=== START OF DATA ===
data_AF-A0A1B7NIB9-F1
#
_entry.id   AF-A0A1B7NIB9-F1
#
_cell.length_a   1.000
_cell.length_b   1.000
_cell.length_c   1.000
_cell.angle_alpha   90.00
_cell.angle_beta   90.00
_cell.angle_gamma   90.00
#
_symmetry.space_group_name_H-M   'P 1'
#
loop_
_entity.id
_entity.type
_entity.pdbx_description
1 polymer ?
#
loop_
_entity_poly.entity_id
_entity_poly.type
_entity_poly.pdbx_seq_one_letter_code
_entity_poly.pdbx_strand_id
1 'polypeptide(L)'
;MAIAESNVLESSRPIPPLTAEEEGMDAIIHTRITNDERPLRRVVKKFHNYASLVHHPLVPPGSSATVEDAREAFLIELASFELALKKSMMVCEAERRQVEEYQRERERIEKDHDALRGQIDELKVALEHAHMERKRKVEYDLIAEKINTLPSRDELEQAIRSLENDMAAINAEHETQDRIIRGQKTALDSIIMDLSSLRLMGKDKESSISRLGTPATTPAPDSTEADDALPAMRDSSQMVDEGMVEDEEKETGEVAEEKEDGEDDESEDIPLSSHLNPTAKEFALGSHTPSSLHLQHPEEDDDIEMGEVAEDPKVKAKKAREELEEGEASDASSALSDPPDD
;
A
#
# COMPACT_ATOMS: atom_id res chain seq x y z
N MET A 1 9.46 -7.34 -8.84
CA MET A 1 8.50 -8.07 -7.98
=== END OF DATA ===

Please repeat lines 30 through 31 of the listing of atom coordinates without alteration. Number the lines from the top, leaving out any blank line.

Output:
# COMPACT_ATOMS: atom_id res chain seq x y z
N MET A 1 9.46 -7.34 -8.84